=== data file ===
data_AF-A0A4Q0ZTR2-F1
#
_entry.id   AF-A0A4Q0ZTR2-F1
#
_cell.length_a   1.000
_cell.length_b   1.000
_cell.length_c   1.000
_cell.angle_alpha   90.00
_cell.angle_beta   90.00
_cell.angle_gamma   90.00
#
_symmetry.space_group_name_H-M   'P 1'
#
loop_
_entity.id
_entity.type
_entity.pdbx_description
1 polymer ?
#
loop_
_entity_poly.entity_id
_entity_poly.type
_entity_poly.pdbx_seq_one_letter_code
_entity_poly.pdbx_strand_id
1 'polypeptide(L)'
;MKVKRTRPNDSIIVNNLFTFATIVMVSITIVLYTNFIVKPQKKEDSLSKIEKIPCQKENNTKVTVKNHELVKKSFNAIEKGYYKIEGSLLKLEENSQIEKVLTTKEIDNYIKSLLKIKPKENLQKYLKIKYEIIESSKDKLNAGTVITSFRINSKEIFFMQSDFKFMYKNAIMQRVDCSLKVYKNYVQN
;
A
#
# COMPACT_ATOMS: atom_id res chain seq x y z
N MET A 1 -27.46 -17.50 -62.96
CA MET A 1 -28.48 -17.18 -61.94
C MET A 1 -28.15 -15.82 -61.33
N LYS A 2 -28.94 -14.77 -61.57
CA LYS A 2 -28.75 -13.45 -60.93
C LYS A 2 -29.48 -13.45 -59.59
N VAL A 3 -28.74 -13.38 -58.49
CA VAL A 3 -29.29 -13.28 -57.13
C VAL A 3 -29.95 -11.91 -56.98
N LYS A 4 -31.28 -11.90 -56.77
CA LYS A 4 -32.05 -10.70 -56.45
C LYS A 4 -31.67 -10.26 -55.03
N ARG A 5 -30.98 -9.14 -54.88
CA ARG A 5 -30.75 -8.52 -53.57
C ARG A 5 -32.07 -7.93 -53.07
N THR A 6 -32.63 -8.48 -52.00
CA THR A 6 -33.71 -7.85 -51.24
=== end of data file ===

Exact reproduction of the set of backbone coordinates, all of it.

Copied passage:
data_AF-A0A4Q0ZTR2-F1
#
_entry.id   AF-A0A4Q0ZTR2-F1
#
_cell.length_a   1.000
_cell.length_b   1.000
_cell.length_c   1.000
_cell.angle_alpha   90.00
_cell.angle_beta   90.00
_cell.angle_gamma   90.00
#
_symmetry.space_group_name_H-M   'P 1'
#
loop_
_entity.id
_entity.type
_entity.pdbx_description
1 polymer ?
#
loop_
_entity_poly.entity_id
_entity_poly.type
_entity_poly.pdbx_seq_one_letter_code
_entity_poly.pdbx_strand_id
1 'polypeptide(L)'
;MKVKRTRPNDSIIVNNLFTFATIVMVSITIVLYTNFIVKPQKKEDSLSKIEKIPCQKENNTKVTVKNHELVKKSFNAIEKGYYKIEGSLLKLEENSQIEKVLTTKEIDNYIKSLLKIKPKENLQKYLKIKYEIIESSKDKLNAGTVITSFRINSKEIFFMQSDFKFMYKNAIMQRVDCSLKVYKNYVQN
;
A
#
# COMPACT_ATOMS: atom_id res chain seq x y z
N MET A 1 -27.46 -17.50 -62.96
CA MET A 1 -28.48 -17.18 -61.94
C MET A 1 -28.15 -15.82 -61.33
N LYS A 2 -28.94 -14.77 -61.57
CA LYS A 2 -28.75 -13.45 -60.93
C LYS A 2 -29.48 -13.45 -59.59
N VAL A 3 -28.74 -13.38 -58.49
CA VAL A 3 -29.29 -13.28 -57.13
C VAL A 3 -29.95 -11.91 -56.98
N LYS A 4 -31.28 -11.90 -56.77
CA LYS A 4 -32.05 -10.70 -56.45
C LYS A 4 -31.67 -10.26 -55.03
N ARG A 5 -30.98 -9.14 -54.88
CA ARG A 5 -30.75 -8.52 -53.57
C ARG A 5 -32.07 -7.93 -53.07
N THR A 6 -32.63 -8.48 -52.00
CA THR A 6 -33.71 -7.85 -51.24